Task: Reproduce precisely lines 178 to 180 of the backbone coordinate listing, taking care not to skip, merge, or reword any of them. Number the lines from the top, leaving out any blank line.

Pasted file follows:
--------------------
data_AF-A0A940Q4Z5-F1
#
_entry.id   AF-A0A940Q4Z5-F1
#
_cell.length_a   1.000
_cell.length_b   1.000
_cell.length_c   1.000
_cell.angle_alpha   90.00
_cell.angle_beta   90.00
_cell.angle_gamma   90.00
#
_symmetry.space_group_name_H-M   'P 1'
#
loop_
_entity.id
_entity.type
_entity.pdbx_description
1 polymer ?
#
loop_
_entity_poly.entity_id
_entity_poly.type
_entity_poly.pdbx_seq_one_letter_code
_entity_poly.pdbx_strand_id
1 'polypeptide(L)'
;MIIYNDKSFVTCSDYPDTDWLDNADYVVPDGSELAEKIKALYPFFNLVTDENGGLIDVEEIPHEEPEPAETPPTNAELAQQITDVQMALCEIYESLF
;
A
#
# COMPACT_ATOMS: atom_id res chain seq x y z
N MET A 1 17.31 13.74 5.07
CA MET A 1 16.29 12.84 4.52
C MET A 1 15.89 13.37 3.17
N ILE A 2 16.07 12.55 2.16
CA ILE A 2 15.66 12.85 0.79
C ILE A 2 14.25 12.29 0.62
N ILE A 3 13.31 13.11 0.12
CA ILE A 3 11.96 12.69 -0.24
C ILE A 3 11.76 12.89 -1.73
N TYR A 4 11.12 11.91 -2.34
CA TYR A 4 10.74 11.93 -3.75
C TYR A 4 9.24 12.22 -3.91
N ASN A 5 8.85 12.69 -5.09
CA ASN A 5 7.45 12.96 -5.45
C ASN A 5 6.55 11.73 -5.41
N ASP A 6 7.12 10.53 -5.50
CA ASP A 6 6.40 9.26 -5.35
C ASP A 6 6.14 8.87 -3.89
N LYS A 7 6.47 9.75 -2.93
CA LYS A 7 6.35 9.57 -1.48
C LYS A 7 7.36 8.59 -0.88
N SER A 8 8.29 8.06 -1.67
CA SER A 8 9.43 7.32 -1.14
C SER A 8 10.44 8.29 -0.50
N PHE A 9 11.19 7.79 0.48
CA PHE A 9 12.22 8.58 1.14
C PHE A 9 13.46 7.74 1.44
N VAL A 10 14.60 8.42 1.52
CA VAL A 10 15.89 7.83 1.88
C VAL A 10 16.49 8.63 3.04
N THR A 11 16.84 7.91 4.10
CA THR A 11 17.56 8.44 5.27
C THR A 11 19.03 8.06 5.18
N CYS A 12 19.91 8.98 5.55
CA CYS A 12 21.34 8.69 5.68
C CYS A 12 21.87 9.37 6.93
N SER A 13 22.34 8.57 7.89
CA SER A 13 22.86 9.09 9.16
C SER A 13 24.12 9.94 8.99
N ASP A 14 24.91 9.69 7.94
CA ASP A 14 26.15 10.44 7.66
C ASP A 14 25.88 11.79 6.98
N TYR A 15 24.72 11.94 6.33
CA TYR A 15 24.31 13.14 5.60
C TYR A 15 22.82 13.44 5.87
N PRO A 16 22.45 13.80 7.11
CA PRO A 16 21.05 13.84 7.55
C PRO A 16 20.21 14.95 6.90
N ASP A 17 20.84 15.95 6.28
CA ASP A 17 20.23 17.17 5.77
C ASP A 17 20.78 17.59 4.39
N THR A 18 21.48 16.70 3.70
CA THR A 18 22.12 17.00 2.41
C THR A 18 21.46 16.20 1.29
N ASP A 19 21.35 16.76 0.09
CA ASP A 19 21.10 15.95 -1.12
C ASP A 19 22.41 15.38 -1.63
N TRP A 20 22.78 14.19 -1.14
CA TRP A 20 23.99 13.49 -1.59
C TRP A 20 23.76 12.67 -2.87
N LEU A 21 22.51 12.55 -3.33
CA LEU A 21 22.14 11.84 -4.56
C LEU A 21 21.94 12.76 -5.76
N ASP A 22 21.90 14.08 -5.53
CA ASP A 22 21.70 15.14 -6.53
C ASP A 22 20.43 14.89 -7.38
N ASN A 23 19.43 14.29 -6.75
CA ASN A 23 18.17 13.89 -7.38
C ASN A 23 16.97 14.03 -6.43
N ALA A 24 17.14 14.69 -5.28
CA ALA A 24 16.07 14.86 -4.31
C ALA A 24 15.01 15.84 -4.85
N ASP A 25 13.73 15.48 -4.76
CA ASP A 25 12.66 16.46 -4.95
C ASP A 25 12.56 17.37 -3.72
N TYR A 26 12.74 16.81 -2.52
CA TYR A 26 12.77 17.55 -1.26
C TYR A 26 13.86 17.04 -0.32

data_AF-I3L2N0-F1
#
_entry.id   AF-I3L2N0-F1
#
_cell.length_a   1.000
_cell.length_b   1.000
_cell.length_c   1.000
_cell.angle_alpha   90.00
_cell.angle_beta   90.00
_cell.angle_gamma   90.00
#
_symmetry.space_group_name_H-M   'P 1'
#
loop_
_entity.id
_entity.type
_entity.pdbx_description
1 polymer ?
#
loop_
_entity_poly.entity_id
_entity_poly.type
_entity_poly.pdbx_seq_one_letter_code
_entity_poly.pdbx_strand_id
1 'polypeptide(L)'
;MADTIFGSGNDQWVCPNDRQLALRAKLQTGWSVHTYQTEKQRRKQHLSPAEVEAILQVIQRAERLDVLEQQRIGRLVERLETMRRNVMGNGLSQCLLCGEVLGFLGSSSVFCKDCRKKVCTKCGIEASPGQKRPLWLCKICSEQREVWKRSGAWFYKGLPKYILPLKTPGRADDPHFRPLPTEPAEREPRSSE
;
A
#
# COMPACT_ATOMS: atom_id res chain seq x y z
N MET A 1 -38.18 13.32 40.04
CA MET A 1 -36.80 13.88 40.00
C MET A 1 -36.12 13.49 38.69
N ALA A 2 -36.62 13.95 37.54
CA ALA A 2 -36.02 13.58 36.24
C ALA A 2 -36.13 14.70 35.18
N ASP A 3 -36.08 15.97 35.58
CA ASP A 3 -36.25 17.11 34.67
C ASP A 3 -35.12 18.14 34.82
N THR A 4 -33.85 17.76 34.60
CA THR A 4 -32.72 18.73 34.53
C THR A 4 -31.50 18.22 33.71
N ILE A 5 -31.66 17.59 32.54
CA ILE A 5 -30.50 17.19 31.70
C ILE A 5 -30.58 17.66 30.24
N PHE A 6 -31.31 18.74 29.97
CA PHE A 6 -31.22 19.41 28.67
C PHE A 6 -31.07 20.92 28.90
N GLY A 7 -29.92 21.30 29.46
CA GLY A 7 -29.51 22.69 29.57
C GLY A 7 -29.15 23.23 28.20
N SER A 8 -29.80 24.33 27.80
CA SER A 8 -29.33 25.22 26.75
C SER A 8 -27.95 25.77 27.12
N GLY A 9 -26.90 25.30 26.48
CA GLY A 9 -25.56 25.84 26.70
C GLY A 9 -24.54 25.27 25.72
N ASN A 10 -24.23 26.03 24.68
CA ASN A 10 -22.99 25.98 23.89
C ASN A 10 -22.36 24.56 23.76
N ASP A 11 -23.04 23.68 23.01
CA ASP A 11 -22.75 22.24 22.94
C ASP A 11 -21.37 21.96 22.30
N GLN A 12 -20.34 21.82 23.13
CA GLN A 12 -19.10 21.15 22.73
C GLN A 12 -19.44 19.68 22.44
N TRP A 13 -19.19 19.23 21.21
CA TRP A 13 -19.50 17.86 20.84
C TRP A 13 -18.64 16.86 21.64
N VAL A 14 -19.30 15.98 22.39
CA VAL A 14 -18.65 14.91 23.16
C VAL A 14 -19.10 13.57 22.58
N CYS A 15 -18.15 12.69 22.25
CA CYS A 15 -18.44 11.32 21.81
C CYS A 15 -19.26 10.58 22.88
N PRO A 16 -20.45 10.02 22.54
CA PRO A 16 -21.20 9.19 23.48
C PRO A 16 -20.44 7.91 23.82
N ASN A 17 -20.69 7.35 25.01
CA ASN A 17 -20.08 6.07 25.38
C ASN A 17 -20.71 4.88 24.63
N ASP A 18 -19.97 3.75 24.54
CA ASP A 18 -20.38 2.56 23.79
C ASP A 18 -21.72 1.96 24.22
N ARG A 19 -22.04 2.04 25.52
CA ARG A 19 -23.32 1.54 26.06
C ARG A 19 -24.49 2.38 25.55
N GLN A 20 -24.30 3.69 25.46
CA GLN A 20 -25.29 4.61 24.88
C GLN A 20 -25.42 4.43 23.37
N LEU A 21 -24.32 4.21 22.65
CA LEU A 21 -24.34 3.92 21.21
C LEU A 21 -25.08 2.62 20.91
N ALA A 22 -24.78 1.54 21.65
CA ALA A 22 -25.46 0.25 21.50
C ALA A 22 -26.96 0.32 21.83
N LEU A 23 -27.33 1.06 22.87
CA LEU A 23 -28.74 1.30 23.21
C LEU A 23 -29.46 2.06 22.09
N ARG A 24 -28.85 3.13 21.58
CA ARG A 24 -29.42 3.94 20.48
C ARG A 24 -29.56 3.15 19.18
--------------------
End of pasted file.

N VAL A 14 -19.30 15.98 22.39
CA VAL A 14 -18.65 14.91 23.16
C VAL A 14 -19.10 13.57 22.58